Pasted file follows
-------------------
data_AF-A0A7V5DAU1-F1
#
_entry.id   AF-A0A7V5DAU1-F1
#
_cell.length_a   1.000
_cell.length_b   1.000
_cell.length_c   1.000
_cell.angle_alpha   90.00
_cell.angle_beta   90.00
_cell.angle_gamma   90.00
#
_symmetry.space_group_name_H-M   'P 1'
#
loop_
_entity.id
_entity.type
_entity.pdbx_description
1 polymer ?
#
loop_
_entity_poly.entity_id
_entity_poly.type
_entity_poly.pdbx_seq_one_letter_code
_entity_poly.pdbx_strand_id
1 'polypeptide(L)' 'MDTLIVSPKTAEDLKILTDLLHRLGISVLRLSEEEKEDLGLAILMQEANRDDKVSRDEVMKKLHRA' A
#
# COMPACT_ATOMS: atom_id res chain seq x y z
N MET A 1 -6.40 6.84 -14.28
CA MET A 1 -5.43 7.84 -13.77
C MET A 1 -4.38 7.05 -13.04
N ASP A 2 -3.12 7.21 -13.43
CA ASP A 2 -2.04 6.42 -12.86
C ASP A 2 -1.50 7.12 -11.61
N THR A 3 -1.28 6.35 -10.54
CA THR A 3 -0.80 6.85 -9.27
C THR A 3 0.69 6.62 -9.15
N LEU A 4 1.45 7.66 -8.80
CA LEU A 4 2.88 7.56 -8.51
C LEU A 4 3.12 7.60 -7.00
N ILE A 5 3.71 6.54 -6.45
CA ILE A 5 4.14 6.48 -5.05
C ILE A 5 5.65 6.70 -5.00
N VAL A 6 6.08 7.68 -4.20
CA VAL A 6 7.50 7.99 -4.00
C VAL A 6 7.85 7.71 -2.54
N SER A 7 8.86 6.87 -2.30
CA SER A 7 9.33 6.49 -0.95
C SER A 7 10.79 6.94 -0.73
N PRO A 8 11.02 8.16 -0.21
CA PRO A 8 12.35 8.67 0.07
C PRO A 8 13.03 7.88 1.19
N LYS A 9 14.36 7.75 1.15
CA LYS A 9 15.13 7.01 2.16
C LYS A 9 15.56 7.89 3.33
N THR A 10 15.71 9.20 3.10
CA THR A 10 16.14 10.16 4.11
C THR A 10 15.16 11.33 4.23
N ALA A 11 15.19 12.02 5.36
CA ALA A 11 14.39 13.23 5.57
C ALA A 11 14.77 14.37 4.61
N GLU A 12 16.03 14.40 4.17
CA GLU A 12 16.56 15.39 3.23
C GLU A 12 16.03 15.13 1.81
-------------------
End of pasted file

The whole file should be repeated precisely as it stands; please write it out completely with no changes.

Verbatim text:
data_AF-A0A7V5DAU1-F1
#
_entry.id   AF-A0A7V5DAU1-F1
#
_cell.length_a   1.000
_cell.length_b   1.000
_cell.length_c   1.000
_cell.angle_alpha   90.00
_cell.angle_beta   90.00
_cell.angle_gamma   90.00
#
_symmetry.space_group_name_H-M   'P 1'
#
loop_
_entity.id
_entity.type
_entity.pdbx_description
1 polymer ?
#
loop_
_entity_poly.entity_id
_entity_poly.type
_entity_poly.pdbx_seq_one_letter_code
_entity_poly.pdbx_strand_id
1 'polypeptide(L)' 'MDTLIVSPKTAEDLKILTDLLHRLGISVLRLSEEEKEDLGLAILMQEANRDDKVSRDEVMKKLHRA' A
#
# COMPACT_ATOMS: atom_id res chain seq x y z
N MET A 1 -6.40 6.84 -14.28
CA MET A 1 -5.43 7.84 -13.77
C MET A 1 -4.38 7.05 -13.04
N ASP A 2 -3.12 7.21 -13.43
CA ASP A 2 -2.04 6.42 -12.86
C ASP A 2 -1.50 7.12 -11.61
N THR A 3 -1.28 6.35 -10.54
CA THR A 3 -0.80 6.85 -9.27
C THR A 3 0.69 6.62 -9.15
N LEU A 4 1.45 7.66 -8.80
CA LEU A 4 2.88 7.56 -8.51
C LEU A 4 3.12 7.60 -7.00
N ILE A 5 3.71 6.54 -6.45
CA ILE A 5 4.14 6.48 -5.05
C ILE A 5 5.65 6.70 -5.00
N VAL A 6 6.08 7.68 -4.20
CA VAL A 6 7.50 7.99 -4.00
C VAL A 6 7.85 7.71 -2.54
N SER A 7 8.86 6.87 -2.30
CA SER A 7 9.33 6.49 -0.95
C SER A 7 10.79 6.94 -0.73
N PRO A 8 11.02 8.16 -0.21
CA PRO A 8 12.35 8.67 0.07
C PRO A 8 13.03 7.88 1.19
N LYS A 9 14.36 7.75 1.15
CA LYS A 9 15.13 7.01 2.16
C LYS A 9 15.56 7.89 3.33
N THR A 10 15.71 9.20 3.10
CA THR A 10 16.14 10.16 4.11
C THR A 10 15.16 11.33 4.23
N ALA A 11 15.19 12.02 5.36
CA ALA A 11 14.39 13.23 5.57
C ALA A 11 14.77 14.37 4.61
N GLU A 12 16.03 14.40 4.17
CA GLU A 12 16.56 15.39 3.23
C GLU A 12 16.03 15.13 1.81